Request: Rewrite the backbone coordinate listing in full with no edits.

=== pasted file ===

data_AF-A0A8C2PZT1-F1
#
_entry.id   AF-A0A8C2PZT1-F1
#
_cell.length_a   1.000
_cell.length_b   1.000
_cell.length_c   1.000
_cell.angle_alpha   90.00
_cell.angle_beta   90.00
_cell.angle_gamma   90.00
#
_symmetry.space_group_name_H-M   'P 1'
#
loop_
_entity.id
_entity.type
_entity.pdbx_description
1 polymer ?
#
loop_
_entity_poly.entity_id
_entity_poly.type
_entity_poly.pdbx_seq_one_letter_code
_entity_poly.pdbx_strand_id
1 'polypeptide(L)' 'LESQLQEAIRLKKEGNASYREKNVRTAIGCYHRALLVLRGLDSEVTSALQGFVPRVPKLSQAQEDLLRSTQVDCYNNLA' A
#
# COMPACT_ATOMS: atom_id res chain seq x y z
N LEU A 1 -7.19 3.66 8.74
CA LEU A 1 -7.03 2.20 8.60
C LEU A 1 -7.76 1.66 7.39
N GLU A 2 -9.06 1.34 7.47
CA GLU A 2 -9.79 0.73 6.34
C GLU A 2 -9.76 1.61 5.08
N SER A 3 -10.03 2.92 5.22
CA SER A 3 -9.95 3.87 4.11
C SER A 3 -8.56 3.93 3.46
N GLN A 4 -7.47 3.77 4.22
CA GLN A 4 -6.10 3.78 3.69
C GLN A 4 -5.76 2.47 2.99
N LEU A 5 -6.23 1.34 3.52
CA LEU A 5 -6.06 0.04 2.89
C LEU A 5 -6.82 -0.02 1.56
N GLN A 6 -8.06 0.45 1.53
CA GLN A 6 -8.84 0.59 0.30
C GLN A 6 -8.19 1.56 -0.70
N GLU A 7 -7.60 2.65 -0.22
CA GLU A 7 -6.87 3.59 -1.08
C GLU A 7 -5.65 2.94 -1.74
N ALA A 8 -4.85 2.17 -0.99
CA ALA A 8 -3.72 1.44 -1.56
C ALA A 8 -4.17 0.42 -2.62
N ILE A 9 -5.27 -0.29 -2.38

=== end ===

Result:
data_AF-A0A8C2PZT1-F1
#
_entry.id   AF-A0A8C2PZT1-F1
#
_cell.length_a   1.000
_cell.length_b   1.000
_cell.length_c   1.000
_cell.angle_alpha   90.00
_cell.angle_beta   90.00
_cell.angle_gamma   90.00
#
_symmetry.space_group_name_H-M   'P 1'
#
loop_
_entity.id
_entity.type
_entity.pdbx_description
1 polymer ?
#
loop_
_entity_poly.entity_id
_entity_poly.type
_entity_poly.pdbx_seq_one_letter_code
_entity_poly.pdbx_strand_id
1 'polypeptide(L)' 'LESQLQEAIRLKKEGNASYREKNVRTAIGCYHRALLVLRGLDSEVTSALQGFVPRVPKLSQAQEDLLRSTQVDCYNNLA' A
#
# COMPACT_ATOMS: atom_id res chain seq x y z
N LEU A 1 -7.19 3.66 8.74
CA LEU A 1 -7.03 2.20 8.60
C LEU A 1 -7.76 1.66 7.39
N GLU A 2 -9.06 1.34 7.47
CA GLU A 2 -9.79 0.73 6.34
C GLU A 2 -9.76 1.61 5.08
N SER A 3 -10.03 2.92 5.22
CA SER A 3 -9.95 3.87 4.11
C SER A 3 -8.56 3.93 3.46
N GLN A 4 -7.47 3.77 4.22
CA GLN A 4 -6.10 3.78 3.69
C GLN A 4 -5.76 2.47 2.99
N LEU A 5 -6.23 1.34 3.52
CA LEU A 5 -6.06 0.04 2.89
C LEU A 5 -6.82 -0.02 1.56
N GLN A 6 -8.06 0.45 1.53
CA GLN A 6 -8.84 0.59 0.30
C GLN A 6 -8.19 1.56 -0.70
N GLU A 7 -7.60 2.65 -0.22
CA GLU A 7 -6.87 3.59 -1.08
C GLU A 7 -5.65 2.94 -1.74
N ALA A 8 -4.85 2.17 -0.99
CA ALA A 8 -3.72 1.44 -1.56
C ALA A 8 -4.17 0.42 -2.62
N ILE A 9 -5.27 -0.29 -2.38